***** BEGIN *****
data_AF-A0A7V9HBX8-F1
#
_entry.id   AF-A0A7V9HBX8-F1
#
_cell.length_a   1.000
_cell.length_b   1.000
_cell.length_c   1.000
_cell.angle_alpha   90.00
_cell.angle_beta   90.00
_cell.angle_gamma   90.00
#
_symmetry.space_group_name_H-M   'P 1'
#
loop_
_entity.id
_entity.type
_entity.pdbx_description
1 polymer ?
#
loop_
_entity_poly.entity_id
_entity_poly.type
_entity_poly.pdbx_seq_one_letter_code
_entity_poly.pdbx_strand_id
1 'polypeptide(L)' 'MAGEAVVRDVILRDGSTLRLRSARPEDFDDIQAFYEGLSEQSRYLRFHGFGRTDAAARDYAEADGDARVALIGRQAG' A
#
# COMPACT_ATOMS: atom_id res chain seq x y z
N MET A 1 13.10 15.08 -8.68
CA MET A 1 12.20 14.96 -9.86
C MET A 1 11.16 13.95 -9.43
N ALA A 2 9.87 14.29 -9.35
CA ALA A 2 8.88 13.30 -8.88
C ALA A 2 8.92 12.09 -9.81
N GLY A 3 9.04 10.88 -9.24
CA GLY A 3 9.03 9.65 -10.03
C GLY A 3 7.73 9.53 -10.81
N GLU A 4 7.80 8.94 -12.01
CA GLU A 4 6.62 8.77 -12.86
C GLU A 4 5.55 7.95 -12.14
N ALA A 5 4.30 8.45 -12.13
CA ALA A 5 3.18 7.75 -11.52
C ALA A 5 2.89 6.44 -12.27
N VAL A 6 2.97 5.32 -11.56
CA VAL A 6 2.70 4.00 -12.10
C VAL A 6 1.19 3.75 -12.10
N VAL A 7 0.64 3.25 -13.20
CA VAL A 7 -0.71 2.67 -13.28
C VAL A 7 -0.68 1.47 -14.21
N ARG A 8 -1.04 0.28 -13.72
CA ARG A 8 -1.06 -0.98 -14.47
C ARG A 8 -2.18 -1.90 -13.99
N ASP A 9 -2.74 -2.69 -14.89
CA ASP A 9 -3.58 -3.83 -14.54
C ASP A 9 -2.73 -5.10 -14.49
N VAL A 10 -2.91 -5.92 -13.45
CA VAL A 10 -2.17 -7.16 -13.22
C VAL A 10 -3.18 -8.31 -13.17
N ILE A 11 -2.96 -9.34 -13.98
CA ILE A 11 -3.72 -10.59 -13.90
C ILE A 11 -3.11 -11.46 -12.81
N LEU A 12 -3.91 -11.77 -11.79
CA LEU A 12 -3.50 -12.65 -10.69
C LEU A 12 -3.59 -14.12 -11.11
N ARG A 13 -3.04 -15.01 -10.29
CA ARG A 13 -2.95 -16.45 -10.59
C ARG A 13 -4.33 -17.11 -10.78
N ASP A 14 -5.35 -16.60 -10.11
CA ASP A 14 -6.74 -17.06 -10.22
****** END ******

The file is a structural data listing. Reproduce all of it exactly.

data_AF-A0A7V9HBX8-F1
#
_entry.id   AF-A0A7V9HBX8-F1
#
_cell.length_a   1.000
_cell.length_b   1.000
_cell.length_c   1.000
_cell.angle_alpha   90.00
_cell.angle_beta   90.00
_cell.angle_gamma   90.00
#
_symmetry.space_group_name_H-M   'P 1'
#
loop_
_entity.id
_entity.type
_entity.pdbx_description
1 polymer ?
#
loop_
_entity_poly.entity_id
_entity_poly.type
_entity_poly.pdbx_seq_one_letter_code
_entity_poly.pdbx_strand_id
1 'polypeptide(L)' 'MAGEAVVRDVILRDGSTLRLRSARPEDFDDIQAFYEGLSEQSRYLRFHGFGRTDAAARDYAEADGDARVALIGRQAG' A
#
# COMPACT_ATOMS: atom_id res chain seq x y z
N MET A 1 13.10 15.08 -8.68
CA MET A 1 12.20 14.96 -9.86
C MET A 1 11.16 13.95 -9.43
N ALA A 2 9.87 14.29 -9.35
CA ALA A 2 8.88 13.30 -8.88
C ALA A 2 8.92 12.09 -9.81
N GLY A 3 9.04 10.88 -9.24
CA GLY A 3 9.03 9.65 -10.03
C GLY A 3 7.73 9.53 -10.81
N GLU A 4 7.80 8.94 -12.01
CA GLU A 4 6.62 8.77 -12.86
C GLU A 4 5.55 7.95 -12.14
N ALA A 5 4.30 8.45 -12.13
CA ALA A 5 3.18 7.75 -11.52
C ALA A 5 2.89 6.44 -12.27
N VAL A 6 2.97 5.32 -11.56
CA VAL A 6 2.70 4.00 -12.10
C VAL A 6 1.19 3.75 -12.10
N VAL A 7 0.64 3.25 -13.20
CA VAL A 7 -0.71 2.67 -13.28
C VAL A 7 -0.68 1.47 -14.21
N ARG A 8 -1.04 0.28 -13.72
CA ARG A 8 -1.06 -0.98 -14.47
C ARG A 8 -2.18 -1.90 -13.99
N ASP A 9 -2.74 -2.69 -14.89
CA ASP A 9 -3.58 -3.83 -14.54
C ASP A 9 -2.73 -5.10 -14.49
N VAL A 10 -2.91 -5.92 -13.45
CA VAL A 10 -2.17 -7.16 -13.22
C VAL A 10 -3.18 -8.31 -13.17
N ILE A 11 -2.96 -9.34 -13.98
CA ILE A 11 -3.72 -10.59 -13.90
C ILE A 11 -3.11 -11.46 -12.81
N LEU A 12 -3.91 -11.77 -11.79
CA LEU A 12 -3.50 -12.65 -10.69
C LEU A 12 -3.59 -14.12 -11.11
N ARG A 13 -3.04 -15.01 -10.29
CA ARG A 13 -2.95 -16.45 -10.59
C ARG A 13 -4.33 -17.11 -10.78
N ASP A 14 -5.35 -16.60 -10.11
CA ASP A 14 -6.74 -17.06 -10.22